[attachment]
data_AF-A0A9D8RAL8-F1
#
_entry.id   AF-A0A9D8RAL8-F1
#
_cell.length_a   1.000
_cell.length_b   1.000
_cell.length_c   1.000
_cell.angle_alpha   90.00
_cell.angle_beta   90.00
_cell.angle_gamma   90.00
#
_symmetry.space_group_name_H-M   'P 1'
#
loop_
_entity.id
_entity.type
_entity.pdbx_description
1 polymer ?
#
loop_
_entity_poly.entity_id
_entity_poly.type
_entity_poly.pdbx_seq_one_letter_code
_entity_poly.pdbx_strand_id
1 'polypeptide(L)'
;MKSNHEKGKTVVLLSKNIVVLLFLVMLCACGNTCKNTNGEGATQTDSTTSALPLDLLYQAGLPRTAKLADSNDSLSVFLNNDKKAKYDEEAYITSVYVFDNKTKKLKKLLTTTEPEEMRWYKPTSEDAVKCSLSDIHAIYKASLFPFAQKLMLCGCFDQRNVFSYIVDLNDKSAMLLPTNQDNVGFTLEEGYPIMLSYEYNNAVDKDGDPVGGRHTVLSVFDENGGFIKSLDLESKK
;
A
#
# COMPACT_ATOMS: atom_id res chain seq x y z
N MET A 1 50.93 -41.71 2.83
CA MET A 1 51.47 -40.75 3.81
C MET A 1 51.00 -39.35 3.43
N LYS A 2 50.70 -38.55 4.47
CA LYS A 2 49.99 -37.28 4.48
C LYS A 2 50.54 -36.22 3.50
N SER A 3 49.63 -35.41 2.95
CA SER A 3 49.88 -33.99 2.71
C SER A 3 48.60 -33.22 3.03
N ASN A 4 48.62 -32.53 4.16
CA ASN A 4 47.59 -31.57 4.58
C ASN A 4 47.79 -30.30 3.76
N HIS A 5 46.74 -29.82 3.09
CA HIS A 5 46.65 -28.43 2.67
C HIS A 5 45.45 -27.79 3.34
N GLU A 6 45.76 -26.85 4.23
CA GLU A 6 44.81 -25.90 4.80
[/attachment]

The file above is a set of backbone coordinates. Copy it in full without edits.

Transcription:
data_AF-A0A9D8RAL8-F1
#
_entry.id   AF-A0A9D8RAL8-F1
#
_cell.length_a   1.000
_cell.length_b   1.000
_cell.length_c   1.000
_cell.angle_alpha   90.00
_cell.angle_beta   90.00
_cell.angle_gamma   90.00
#
_symmetry.space_group_name_H-M   'P 1'
#
loop_
_entity.id
_entity.type
_entity.pdbx_description
1 polymer ?
#
loop_
_entity_poly.entity_id
_entity_poly.type
_entity_poly.pdbx_seq_one_letter_code
_entity_poly.pdbx_strand_id
1 'polypeptide(L)'
;MKSNHEKGKTVVLLSKNIVVLLFLVMLCACGNTCKNTNGEGATQTDSTTSALPLDLLYQAGLPRTAKLADSNDSLSVFLNNDKKAKYDEEAYITSVYVFDNKTKKLKKLLTTTEPEEMRWYKPTSEDAVKCSLSDIHAIYKASLFPFAQKLMLCGCFDQRNVFSYIVDLNDKSAMLLPTNQDNVGFTLEEGYPIMLSYEYNNAVDKDGDPVGGRHTVLSVFDENGGFIKSLDLESKK
;
A
#
# COMPACT_ATOMS: atom_id res chain seq x y z
N MET A 1 50.93 -41.71 2.83
CA MET A 1 51.47 -40.75 3.81
C MET A 1 51.00 -39.35 3.43
N LYS A 2 50.70 -38.55 4.47
CA LYS A 2 49.99 -37.28 4.48
C LYS A 2 50.54 -36.22 3.50
N SER A 3 49.63 -35.41 2.95
CA SER A 3 49.88 -33.99 2.71
C SER A 3 48.60 -33.22 3.03
N ASN A 4 48.62 -32.53 4.16
CA ASN A 4 47.59 -31.57 4.58
C ASN A 4 47.79 -30.30 3.76
N HIS A 5 46.74 -29.82 3.09
CA HIS A 5 46.65 -28.43 2.67
C HIS A 5 45.45 -27.79 3.34
N GLU A 6 45.76 -26.85 4.23
CA GLU A 6 44.81 -25.90 4.80